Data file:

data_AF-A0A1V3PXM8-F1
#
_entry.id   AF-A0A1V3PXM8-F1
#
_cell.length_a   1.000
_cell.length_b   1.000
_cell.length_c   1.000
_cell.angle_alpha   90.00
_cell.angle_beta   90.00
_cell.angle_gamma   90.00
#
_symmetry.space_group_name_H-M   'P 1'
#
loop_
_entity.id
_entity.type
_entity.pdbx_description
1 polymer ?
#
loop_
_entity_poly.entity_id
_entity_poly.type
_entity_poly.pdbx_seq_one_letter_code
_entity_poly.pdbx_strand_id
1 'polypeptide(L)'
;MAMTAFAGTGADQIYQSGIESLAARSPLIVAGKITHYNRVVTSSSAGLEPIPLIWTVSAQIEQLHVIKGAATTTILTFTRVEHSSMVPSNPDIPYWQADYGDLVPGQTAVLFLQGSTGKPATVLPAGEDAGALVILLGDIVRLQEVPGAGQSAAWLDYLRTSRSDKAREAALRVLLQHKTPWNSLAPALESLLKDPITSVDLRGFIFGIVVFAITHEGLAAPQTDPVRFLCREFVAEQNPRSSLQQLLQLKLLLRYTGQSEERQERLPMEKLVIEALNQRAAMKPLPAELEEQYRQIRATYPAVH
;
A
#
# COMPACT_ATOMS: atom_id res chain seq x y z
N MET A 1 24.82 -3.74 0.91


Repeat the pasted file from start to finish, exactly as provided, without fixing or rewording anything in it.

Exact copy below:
data_AF-A0A1V3PXM8-F1
#
_entry.id   AF-A0A1V3PXM8-F1
#
_cell.length_a   1.000
_cell.length_b   1.000
_cell.length_c   1.000
_cell.angle_alpha   90.00
_cell.angle_beta   90.00
_cell.angle_gamma   90.00
#
_symmetry.space_group_name_H-M   'P 1'
#
loop_
_entity.id
_entity.type
_entity.pdbx_description
1 polymer ?
#
loop_
_entity_poly.entity_id
_entity_poly.type
_entity_poly.pdbx_seq_one_letter_code
_entity_poly.pdbx_strand_id
1 'polypeptide(L)'
;MAMTAFAGTGADQIYQSGIESLAARSPLIVAGKITHYNRVVTSSSAGLEPIPLIWTVSAQIEQLHVIKGAATTTILTFTRVEHSSMVPSNPDIPYWQADYGDLVPGQTAVLFLQGSTGKPATVLPAGEDAGALVILLGDIVRLQEVPGAGQSAAWLDYLRTSRSDKAREAALRVLLQHKTPWNSLAPALESLLKDPITSVDLRGFIFGIVVFAITHEGLAAPQTDPVRFLCREFVAEQNPRSSLQQLLQLKLLLRYTGQSEERQERLPMEKLVIEALNQRAAMKPLPAELEEQYRQIRATYPAVH
;
A
#
# COMPACT_ATOMS: atom_id res chain seq x y z
N MET A 1 24.82 -3.74 0.91